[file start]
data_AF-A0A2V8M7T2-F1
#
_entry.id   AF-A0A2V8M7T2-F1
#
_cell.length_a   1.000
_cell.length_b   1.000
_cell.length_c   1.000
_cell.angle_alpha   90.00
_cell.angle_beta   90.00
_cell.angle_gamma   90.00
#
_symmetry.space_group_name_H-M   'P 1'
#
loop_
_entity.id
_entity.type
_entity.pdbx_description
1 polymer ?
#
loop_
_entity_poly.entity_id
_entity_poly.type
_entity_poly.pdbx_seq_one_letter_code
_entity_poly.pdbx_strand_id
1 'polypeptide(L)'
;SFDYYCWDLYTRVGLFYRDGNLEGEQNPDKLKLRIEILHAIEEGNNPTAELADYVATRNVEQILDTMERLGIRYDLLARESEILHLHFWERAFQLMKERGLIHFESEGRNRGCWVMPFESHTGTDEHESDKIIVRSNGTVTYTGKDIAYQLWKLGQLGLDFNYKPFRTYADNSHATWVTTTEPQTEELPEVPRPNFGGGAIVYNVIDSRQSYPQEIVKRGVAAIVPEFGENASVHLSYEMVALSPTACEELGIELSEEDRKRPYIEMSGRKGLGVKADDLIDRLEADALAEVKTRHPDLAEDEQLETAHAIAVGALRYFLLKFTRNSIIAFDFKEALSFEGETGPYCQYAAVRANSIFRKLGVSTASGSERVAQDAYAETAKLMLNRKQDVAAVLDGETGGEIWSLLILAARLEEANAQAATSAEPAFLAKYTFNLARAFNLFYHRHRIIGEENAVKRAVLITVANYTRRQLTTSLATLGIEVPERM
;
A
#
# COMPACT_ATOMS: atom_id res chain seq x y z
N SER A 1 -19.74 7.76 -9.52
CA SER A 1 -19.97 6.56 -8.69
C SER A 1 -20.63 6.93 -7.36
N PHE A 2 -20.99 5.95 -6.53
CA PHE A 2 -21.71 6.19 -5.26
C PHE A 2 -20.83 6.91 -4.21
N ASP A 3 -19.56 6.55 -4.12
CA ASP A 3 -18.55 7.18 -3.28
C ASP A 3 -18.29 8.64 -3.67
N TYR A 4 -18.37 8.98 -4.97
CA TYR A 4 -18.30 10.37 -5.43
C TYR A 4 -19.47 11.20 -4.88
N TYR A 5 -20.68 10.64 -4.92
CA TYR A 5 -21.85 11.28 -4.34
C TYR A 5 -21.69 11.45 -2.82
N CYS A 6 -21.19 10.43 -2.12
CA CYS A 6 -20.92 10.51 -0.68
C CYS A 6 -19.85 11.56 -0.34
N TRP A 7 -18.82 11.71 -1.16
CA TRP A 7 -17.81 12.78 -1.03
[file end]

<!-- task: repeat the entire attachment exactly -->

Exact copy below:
data_AF-A0A2V8M7T2-F1
#
_entry.id   AF-A0A2V8M7T2-F1
#
_cell.length_a   1.000
_cell.length_b   1.000
_cell.length_c   1.000
_cell.angle_alpha   90.00
_cell.angle_beta   90.00
_cell.angle_gamma   90.00
#
_symmetry.space_group_name_H-M   'P 1'
#
loop_
_entity.id
_entity.type
_entity.pdbx_description
1 polymer ?
#
loop_
_entity_poly.entity_id
_entity_poly.type
_entity_poly.pdbx_seq_one_letter_code
_entity_poly.pdbx_strand_id
1 'polypeptide(L)'
;SFDYYCWDLYTRVGLFYRDGNLEGEQNPDKLKLRIEILHAIEEGNNPTAELADYVATRNVEQILDTMERLGIRYDLLARESEILHLHFWERAFQLMKERGLIHFESEGRNRGCWVMPFESHTGTDEHESDKIIVRSNGTVTYTGKDIAYQLWKLGQLGLDFNYKPFRTYADNSHATWVTTTEPQTEELPEVPRPNFGGGAIVYNVIDSRQSYPQEIVKRGVAAIVPEFGENASVHLSYEMVALSPTACEELGIELSEEDRKRPYIEMSGRKGLGVKADDLIDRLEADALAEVKTRHPDLAEDEQLETAHAIAVGALRYFLLKFTRNSIIAFDFKEALSFEGETGPYCQYAAVRANSIFRKLGVSTASGSERVAQDAYAETAKLMLNRKQDVAAVLDGETGGEIWSLLILAARLEEANAQAATSAEPAFLAKYTFNLARAFNLFYHRHRIIGEENAVKRAVLITVANYTRRQLTTSLATLGIEVPERM
;
A
#
# COMPACT_ATOMS: atom_id res chain seq x y z
N SER A 1 -19.74 7.76 -9.52
CA SER A 1 -19.97 6.56 -8.69
C SER A 1 -20.63 6.93 -7.36
N PHE A 2 -20.99 5.95 -6.53
CA PHE A 2 -21.71 6.19 -5.26
C PHE A 2 -20.83 6.91 -4.21
N ASP A 3 -19.56 6.55 -4.12
CA ASP A 3 -18.55 7.18 -3.28
C ASP A 3 -18.29 8.64 -3.67
N TYR A 4 -18.37 8.98 -4.97
CA TYR A 4 -18.30 10.37 -5.43
C TYR A 4 -19.47 11.20 -4.88
N TYR A 5 -20.68 10.64 -4.92
CA TYR A 5 -21.85 11.28 -4.34
C TYR A 5 -21.69 11.45 -2.82
N CYS A 6 -21.19 10.43 -2.12
CA CYS A 6 -20.92 10.51 -0.68
C CYS A 6 -19.85 11.56 -0.34
N TRP A 7 -18.82 11.71 -1.16
CA TRP A 7 -17.81 12.78 -1.03